Dir: Pete Travis. US-UK. 2012. 96mins
An action movie with confidence, style and unapologetic brawn, Dredd, much like its blunt protagonist, doesn’t invest a lot of energy in oblique sketching of motivation, or playing coy. An adaptation of the popular British comic book focusing on the justice-dispensing character of the same name, this dystopian neo-noir unfolds as a full-frontal assault on the senses, while also carving out enough of a personality to establish a beachhead as a potential franchise for distributor Lionsgate.
Director Pete Travis (Vantage Point) orchestrates a fine array of action set pieces.
Opening in the UK on Septmeber 7 and the US on September 21, Dredd should surely satisfy fans of the source material far more than 1995’s summer entry Judge Dredd, which starred Sylvester Stallone. Though that movie grossed $113 million worldwide, only 30 percent of that total came from Stateside box office, and the film’s ill-fitting inclusions of humor and a love interest drew significant derision. Though sandwiched between more high-profile R-rated action competition in the form of Resident Evil: Retribution and Looper, Dredd should see a solid return on its investment, with particularly strong returns from overseas.
At an indeterminate point in the future, the world is an irradiated wasteland, and in America 800 million people are crammed into Mega City One, a sprawling metropolis running along the Eastern seaboard, from Boston to Washington, D.C. Crime in this urban jungle is rampant, and the only force of order lies in helmeted officers who combine the powers of judge, jury and executioner.
The no-nonsense Judge Dredd (Karl Urban) is one of these more known and feared justices. Tabbed as the evaluating officer for a clairvoyant recruit, Cassandra Anderson (Olivia Thirlby), Dredd takes her out on her training exercise, responding to a brutal triple-homicide at Peachtrees, a 200-story high-rise slum. The area is controlled by a prostitute turned vicious drug lord, Ma-Ma (Lena Headey), who’s using the building as the hub of distribution for a new drug, “Slo-Mo,” which causes users to experience reality at a fraction of its normal speed.
When one of her clan’s inner circle (Wood Harris) is captured alive, Ma-Ma commandeers the compound’s control center, seals it off and puts a bounty on the judges’ heads. Unable to get out or reach reinforcements, Dredd and Anderson choose to try to battle their way up to the top.
This iteration of Dredd is a darker, more visceral incarnation of John Wagner and Carlos Ezquerra’s comic book character than the effort starring Stallone. While comparisons to Doom, Robocop and Max Payne are apt, the movie’s hectic, bottled, vertical assault strongly recalls the recent The Raid: Redemption, except with more sci-fi trappings.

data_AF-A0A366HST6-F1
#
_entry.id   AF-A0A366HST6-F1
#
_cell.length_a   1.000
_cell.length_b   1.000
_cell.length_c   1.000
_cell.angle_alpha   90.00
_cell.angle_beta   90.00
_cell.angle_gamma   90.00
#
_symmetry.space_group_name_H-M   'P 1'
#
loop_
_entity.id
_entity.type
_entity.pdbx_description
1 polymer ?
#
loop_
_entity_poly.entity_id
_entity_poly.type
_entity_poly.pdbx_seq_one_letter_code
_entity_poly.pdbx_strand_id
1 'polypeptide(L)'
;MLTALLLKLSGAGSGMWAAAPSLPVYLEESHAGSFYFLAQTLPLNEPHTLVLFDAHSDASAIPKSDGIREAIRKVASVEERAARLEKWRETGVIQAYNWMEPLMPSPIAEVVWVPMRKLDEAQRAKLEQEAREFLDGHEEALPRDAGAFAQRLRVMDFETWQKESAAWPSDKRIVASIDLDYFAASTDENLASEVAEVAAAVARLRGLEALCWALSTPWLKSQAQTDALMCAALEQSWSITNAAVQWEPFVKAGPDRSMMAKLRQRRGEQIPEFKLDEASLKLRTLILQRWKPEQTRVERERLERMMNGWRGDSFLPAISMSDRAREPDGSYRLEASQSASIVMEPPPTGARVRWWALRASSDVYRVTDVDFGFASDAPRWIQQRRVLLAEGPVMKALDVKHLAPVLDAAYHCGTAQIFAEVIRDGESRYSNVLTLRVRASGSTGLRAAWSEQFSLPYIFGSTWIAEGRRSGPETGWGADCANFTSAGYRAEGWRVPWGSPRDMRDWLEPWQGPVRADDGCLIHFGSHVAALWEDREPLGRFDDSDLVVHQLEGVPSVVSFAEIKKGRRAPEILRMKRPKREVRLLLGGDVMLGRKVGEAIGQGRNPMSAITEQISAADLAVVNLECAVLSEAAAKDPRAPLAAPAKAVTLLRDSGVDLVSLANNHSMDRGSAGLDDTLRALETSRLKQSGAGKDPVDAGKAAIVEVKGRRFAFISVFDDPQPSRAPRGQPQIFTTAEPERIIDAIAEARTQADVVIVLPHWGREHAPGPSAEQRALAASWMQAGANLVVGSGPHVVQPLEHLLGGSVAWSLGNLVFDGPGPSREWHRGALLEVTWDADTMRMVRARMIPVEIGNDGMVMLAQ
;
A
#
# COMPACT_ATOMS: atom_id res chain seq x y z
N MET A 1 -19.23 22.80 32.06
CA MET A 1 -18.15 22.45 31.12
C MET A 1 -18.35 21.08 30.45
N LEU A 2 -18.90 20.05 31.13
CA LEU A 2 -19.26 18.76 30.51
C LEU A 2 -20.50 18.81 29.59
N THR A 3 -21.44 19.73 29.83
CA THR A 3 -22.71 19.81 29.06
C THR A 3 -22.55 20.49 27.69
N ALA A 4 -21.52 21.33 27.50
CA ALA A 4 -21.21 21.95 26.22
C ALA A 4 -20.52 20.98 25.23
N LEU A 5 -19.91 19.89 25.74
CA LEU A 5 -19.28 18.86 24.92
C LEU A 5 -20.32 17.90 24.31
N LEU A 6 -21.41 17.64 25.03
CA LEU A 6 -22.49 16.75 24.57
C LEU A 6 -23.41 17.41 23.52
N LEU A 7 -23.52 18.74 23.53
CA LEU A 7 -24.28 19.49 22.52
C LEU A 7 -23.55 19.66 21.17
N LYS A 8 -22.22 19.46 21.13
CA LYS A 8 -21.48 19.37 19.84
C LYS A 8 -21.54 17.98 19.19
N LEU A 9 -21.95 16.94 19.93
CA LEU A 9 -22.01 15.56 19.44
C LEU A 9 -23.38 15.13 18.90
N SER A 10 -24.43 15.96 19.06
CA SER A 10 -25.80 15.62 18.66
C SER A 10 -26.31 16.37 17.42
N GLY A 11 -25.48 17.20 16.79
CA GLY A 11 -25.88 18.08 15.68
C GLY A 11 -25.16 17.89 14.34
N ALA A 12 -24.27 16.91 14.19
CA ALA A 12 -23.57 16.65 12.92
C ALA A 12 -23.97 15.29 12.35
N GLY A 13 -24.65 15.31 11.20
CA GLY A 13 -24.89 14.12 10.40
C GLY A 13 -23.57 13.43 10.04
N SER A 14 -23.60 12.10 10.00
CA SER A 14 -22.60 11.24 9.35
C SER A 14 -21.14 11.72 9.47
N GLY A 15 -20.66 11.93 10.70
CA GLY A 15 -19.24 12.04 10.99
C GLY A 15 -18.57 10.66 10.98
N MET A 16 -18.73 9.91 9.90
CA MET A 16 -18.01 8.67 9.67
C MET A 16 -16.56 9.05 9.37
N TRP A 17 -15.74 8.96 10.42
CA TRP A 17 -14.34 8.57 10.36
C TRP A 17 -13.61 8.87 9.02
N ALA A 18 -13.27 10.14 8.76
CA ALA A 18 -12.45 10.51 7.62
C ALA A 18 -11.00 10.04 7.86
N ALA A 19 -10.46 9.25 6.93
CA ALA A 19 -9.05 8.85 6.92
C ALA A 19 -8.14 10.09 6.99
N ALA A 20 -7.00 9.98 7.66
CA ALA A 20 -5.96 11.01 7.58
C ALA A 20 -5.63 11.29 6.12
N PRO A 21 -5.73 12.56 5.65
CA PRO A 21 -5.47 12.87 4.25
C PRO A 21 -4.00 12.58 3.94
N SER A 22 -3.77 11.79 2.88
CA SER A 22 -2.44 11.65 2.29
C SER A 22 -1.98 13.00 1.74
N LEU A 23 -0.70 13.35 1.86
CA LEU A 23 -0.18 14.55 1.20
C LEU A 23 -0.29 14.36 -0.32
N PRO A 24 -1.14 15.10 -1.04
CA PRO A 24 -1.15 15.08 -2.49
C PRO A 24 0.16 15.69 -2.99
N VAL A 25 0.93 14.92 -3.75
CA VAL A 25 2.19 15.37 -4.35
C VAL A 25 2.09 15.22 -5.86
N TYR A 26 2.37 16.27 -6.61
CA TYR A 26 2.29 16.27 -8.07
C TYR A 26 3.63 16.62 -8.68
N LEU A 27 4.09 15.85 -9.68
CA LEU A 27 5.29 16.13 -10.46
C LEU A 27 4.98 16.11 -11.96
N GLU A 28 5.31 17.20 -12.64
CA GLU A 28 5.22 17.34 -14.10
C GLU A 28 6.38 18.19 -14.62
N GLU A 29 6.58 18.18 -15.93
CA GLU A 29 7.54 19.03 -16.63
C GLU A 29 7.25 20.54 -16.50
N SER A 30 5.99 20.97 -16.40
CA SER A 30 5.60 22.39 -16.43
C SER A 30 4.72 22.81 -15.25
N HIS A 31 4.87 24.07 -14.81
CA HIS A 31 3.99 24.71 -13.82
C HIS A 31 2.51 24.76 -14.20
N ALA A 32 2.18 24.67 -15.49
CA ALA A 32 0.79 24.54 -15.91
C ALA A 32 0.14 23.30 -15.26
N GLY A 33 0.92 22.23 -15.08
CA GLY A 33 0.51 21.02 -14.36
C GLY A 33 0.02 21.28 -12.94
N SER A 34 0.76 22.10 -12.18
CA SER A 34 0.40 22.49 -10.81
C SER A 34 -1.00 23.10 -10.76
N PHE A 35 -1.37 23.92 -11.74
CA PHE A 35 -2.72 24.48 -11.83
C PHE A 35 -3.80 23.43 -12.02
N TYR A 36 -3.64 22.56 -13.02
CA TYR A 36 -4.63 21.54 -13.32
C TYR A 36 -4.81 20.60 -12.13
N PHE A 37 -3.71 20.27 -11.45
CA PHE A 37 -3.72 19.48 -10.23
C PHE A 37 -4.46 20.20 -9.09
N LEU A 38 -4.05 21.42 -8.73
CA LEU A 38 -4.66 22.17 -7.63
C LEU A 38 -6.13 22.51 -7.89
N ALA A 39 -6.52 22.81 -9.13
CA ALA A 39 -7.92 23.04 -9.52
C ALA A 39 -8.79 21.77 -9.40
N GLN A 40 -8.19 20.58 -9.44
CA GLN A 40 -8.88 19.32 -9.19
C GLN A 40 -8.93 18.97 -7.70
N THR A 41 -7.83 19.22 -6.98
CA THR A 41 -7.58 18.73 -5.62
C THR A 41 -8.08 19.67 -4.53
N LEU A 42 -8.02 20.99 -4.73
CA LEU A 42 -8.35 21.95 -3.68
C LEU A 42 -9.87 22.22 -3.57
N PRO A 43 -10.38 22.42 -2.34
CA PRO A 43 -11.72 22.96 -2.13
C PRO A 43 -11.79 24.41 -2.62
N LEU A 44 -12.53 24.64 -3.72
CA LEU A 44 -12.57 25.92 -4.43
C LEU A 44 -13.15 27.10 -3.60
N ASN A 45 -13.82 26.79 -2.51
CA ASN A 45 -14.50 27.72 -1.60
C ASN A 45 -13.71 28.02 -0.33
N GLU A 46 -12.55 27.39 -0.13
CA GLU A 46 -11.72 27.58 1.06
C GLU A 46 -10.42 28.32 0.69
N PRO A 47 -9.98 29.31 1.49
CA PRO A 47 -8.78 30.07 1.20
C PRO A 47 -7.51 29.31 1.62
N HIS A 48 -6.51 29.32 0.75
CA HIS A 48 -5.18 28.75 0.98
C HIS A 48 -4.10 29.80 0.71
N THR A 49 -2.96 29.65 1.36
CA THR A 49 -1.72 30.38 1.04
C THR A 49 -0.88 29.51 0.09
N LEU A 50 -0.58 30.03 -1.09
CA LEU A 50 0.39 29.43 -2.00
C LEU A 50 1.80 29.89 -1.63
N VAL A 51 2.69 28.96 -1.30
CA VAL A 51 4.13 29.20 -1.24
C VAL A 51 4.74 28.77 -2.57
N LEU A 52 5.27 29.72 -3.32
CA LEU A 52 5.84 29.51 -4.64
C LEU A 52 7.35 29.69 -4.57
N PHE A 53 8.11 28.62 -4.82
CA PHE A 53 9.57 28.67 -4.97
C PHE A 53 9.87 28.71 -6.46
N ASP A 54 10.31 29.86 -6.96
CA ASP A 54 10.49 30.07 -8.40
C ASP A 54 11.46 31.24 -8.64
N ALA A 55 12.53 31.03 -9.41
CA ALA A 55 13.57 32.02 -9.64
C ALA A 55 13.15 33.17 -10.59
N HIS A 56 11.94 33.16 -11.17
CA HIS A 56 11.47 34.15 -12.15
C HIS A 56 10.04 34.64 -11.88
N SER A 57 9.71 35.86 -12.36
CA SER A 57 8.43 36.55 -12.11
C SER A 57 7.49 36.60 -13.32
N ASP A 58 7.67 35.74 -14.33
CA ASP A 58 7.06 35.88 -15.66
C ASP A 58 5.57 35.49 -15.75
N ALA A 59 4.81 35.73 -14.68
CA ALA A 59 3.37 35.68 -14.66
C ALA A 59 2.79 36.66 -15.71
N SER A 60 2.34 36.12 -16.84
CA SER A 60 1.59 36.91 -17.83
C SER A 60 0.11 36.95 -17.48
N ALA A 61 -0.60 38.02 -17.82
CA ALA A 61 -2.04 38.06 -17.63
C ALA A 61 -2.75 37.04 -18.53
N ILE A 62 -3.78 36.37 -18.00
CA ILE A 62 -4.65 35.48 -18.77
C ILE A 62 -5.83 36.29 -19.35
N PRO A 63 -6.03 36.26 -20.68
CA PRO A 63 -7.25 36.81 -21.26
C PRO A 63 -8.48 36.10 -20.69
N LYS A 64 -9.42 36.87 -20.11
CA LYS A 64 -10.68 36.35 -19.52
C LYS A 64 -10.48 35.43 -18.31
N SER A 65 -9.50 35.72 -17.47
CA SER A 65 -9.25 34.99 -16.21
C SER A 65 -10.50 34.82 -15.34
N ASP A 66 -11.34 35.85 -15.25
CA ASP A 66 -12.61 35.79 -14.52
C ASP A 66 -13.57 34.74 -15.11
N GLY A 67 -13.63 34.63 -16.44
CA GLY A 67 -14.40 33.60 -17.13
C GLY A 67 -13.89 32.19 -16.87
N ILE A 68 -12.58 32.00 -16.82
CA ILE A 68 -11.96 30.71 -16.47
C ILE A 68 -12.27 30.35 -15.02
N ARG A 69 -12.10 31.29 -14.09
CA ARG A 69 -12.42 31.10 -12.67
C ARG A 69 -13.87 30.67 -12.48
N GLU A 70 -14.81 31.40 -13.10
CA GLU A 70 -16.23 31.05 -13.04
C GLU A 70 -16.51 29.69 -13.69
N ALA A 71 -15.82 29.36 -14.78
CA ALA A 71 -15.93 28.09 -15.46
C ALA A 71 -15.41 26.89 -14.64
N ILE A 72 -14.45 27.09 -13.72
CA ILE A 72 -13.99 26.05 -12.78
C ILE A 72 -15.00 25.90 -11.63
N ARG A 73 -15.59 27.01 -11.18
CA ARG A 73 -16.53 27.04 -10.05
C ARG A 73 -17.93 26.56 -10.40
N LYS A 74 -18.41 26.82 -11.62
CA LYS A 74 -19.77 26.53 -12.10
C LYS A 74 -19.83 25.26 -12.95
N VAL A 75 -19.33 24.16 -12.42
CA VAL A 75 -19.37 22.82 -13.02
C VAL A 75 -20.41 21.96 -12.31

Director Pete Travis (Vantage Point) orchestrates a fine array of action set pieces. He’s aided by the fact that Dredd’s weapon is capable of firing six different types of ammunition, allowing for a wide assortment of mayhem and kills. Working with cinematographer Anthony Dod Mantle, Travis also makes solid use of the film’s 3-D. The narrative inclusion of “Slo-Mo” fits the effect hand-in-glove, allowing for painterly images that approach art, and certainly stand apart from their contemporary action movie brethren.
At a certain point, though, the novelty of this wanes a bit, as Dredd’s trouble locating a fifth gear becomes obvious. Screenwriter Alex Garland never entirely figures out a way to integrate or define the parameters of Anderson’s mindreading except in convenient fits and starts, and the third act inclusion of rogue corrupt judges feels generic and uninspired.
Thirlby is not the most obvious casting choice, and is hampered a bit by her underwritten character. Headey, meanwhile, exudes a nasty, cool menace, in counterbalance to the movie’s pummeling sound design.
Eschewing any of the vanity associated with the previous adaptation, Urban keeps on his mask throughout, and still ably communicates a steely resolve. The eyes may be the window to the soul, but Dredd reaffirms there are other portholes as well — posture and gait among them.
Production companies: Reliance Entertainment, DNA Films, IM Global
Domestic distribution: Lionsgate Pictures
Producers: Andrew Macdonald, Allon Reich, Alex Garland
Executive producers: Deepak Nayar, Stuart Ford, Adi Shankar
Co-producer: Michael S. Murphey
Co-executive producer: Michael Elson
Associate producer: Joanne Smith
Screenplay: Alex Garland, based on characters created by John Wagner and Carlos Ezquerra
Cinematography: Anthony Dod Mantle
Editor: Mark Eckersley
Production designer: Mark Digby
Music: Paul Leonard-Morgan
Special effects supervisor: Max Poolman
Visual effects supervisor: Jon Thum
Main cast: Karl Urban, Olivia Thirlby, Lena Headey, Wood Harris, Langley Kirkwood, Junior Singo, Luke Tyler, Jason Cope, Domnhall Gleeson, Warrick Grier